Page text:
Peggy Pond Church was born in the Territory of New Mexico in 1903 near Watrous, at a place known as Valmora. Her father was Ashley Pond Jr., the son of a wealthy Detroit attorney. He had been in Teddy Roosevelt’s Rough Riders before falling ill with typhoid fever and coming to New Mexico to recuperate. Peggy’s mother, Hazel Hallett Pond, was the granddaughter of a former Arkansas governor who had retired to Mora Country to ranch.
Peggy’s roots may have been in northeastern New Mexico, but her destiny awaited on the Pajarito Plateau in the Jemez Mountains. In 1914, her father joined four other Detroit businessmen in opening the Pajarito Club, designed as an elite hunting and fishing retreat. The venture failed, but Ashley Pond remained on the plateau to found a more successful operation in 1917—the Los Alamos Ranch School.
Peggy attended boarding schools in California and Connecticut, all the while angry with her father for designing his school for boys only. She had a love of horses and the outdoors and would have gladly traded places with her younger brother who was a student at the ranch school. Peggy had a younger sister as well, and their childhood was one of unique freedom. They were allowed to ride their horses through Pajarito Canyon, play in the cliff dwellings, build fires and roast apples and explore ruins. The sense of independence coupled with the isolation of the plateau nurtured Peggy’s keen sense of observation. At an early age she felt the need to express her thoughts in poetry, writing her first poem at age thirteen.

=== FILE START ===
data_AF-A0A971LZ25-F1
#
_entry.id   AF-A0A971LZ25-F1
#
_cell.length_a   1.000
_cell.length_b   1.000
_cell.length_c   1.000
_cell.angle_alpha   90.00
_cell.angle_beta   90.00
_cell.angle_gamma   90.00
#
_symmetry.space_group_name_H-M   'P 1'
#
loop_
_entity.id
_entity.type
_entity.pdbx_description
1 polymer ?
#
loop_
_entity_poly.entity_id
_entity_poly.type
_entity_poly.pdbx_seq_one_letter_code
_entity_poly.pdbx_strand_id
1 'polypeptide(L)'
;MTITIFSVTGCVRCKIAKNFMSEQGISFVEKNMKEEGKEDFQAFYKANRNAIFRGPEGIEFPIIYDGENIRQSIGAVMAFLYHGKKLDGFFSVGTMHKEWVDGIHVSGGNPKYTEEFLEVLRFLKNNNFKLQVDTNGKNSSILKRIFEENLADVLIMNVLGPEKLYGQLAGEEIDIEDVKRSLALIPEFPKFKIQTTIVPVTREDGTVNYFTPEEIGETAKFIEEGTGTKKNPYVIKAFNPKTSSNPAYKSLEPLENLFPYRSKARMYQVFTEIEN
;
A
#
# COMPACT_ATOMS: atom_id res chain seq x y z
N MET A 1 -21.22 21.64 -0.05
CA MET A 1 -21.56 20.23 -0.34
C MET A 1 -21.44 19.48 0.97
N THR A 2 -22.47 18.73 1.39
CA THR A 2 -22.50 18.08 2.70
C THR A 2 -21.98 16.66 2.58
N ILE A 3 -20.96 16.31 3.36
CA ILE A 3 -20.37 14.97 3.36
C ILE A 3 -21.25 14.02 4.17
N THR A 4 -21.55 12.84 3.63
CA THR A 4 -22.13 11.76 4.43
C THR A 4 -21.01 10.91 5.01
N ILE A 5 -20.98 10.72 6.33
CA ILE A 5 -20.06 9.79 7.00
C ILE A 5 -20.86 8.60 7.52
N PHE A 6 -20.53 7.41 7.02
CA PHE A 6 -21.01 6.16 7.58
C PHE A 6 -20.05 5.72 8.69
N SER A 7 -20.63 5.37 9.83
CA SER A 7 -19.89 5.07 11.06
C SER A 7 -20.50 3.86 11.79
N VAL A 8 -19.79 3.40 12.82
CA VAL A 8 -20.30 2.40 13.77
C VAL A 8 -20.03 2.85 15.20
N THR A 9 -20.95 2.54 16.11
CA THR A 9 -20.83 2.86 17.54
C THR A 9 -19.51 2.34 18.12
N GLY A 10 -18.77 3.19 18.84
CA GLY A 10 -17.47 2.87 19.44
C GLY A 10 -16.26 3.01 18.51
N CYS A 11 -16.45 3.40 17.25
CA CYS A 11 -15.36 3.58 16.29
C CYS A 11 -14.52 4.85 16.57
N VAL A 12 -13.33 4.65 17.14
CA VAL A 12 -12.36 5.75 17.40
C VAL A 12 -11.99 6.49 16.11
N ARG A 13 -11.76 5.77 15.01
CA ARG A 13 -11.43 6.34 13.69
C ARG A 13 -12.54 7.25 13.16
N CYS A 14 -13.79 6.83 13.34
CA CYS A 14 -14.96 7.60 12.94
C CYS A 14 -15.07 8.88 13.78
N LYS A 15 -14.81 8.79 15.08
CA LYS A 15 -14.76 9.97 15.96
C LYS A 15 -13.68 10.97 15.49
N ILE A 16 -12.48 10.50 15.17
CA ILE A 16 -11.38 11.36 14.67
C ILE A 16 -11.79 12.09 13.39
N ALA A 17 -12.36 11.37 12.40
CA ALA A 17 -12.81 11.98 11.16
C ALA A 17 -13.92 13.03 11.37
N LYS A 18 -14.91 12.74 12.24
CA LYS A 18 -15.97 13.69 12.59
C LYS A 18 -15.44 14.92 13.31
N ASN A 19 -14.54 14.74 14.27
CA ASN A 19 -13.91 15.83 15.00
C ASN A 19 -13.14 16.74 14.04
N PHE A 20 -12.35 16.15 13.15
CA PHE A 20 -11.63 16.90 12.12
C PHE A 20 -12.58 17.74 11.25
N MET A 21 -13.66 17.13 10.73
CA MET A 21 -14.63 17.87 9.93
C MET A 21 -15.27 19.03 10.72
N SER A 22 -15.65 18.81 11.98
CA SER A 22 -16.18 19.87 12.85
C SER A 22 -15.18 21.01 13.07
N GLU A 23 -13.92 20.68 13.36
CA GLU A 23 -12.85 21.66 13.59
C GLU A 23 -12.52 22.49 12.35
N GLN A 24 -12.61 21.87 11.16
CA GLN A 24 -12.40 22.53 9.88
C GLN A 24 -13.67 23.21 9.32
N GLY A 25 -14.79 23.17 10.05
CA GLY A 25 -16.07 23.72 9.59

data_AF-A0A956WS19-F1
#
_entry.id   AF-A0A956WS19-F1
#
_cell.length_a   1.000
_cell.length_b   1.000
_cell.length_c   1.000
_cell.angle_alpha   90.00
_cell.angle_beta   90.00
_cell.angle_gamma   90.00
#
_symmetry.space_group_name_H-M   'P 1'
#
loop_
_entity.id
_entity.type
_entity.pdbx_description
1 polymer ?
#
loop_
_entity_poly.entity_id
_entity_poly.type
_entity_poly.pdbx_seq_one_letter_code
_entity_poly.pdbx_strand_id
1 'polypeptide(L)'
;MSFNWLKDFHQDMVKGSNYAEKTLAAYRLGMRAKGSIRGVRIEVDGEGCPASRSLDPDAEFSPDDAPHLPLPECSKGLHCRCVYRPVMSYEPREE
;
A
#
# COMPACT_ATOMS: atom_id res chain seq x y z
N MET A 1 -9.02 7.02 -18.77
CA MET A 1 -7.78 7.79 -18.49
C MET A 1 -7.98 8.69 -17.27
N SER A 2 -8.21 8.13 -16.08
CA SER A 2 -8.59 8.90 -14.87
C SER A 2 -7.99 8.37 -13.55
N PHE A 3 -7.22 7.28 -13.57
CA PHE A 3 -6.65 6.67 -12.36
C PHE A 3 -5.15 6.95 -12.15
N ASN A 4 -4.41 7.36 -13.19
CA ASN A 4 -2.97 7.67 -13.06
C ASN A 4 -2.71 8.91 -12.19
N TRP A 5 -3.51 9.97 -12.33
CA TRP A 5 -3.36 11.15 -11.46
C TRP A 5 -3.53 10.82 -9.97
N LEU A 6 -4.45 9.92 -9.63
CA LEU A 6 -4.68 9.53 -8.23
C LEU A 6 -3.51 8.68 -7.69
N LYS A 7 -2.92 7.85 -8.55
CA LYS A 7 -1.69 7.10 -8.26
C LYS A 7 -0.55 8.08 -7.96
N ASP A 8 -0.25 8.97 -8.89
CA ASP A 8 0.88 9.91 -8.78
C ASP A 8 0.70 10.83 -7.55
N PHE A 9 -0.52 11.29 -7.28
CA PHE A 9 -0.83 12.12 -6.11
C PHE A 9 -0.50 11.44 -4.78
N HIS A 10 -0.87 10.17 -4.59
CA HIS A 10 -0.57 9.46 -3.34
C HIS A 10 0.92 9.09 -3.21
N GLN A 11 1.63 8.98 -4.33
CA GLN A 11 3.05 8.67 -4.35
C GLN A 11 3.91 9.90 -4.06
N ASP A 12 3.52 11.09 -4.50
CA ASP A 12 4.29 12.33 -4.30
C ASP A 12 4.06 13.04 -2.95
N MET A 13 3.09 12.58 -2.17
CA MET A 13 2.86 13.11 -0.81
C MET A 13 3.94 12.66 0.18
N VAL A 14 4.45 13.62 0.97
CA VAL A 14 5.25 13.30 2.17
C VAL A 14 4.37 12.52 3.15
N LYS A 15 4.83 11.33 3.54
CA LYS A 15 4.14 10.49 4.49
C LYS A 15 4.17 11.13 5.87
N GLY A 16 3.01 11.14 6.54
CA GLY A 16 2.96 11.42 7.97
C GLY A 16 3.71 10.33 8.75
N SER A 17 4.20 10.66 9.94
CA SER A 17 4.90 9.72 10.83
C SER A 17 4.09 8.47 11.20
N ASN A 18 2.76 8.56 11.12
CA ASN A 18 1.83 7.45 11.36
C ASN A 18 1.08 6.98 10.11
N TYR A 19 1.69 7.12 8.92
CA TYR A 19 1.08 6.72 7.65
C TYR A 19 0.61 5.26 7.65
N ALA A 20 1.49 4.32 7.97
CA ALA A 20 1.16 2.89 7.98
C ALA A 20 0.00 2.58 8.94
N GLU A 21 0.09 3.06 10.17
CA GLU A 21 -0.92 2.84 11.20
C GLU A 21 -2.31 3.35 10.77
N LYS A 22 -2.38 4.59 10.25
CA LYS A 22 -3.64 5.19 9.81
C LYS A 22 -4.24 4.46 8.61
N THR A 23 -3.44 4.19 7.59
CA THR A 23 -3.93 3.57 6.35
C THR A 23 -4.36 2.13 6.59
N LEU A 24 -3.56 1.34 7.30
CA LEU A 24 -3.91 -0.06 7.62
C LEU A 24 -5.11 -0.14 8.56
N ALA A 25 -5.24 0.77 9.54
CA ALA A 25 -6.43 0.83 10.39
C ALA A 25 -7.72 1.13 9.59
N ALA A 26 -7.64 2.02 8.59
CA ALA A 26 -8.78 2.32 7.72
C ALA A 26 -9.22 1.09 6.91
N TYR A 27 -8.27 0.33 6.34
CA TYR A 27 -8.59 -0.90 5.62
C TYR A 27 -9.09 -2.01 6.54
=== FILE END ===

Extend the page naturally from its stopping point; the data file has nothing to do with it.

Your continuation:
By the time she entered Smith College, Peggy had won awards for her poetry and was achieving recognition. Although she loved college life, she was homesick for New Mexico, and when the chance came to marry a young master at the Los Alamos Ranch School, she jumped at the opportunity to return to the Pajarito Plateau. She married Fermor Spencer Church in 1924, and they raised three sons at the school. During that time Peggy published two volumes of poetry and an award-winning children’s book, The Burro of Angelitos. She was a respected member of the Santa Fe writers’ colony despite living thirty-five miles away. Her first two books, Foretaste and Familiar Journey, were among the seventeen Santa Fe Writers’ Editions, now highly collectible. Her success and happiness on the plateau were abruptly uprooted in 1942 when the government took over the school for the top secret Manhattan Project. Distraught and somewhat bitter, the family moved to Taos, and in 1946 Peggy published Ultimatum for Man, a volume of poems considered by many to be her best and strongest work. The poems arose from her pain over losing her beloved home and from her pacifist beliefs that collided with the development of the atomic bomb.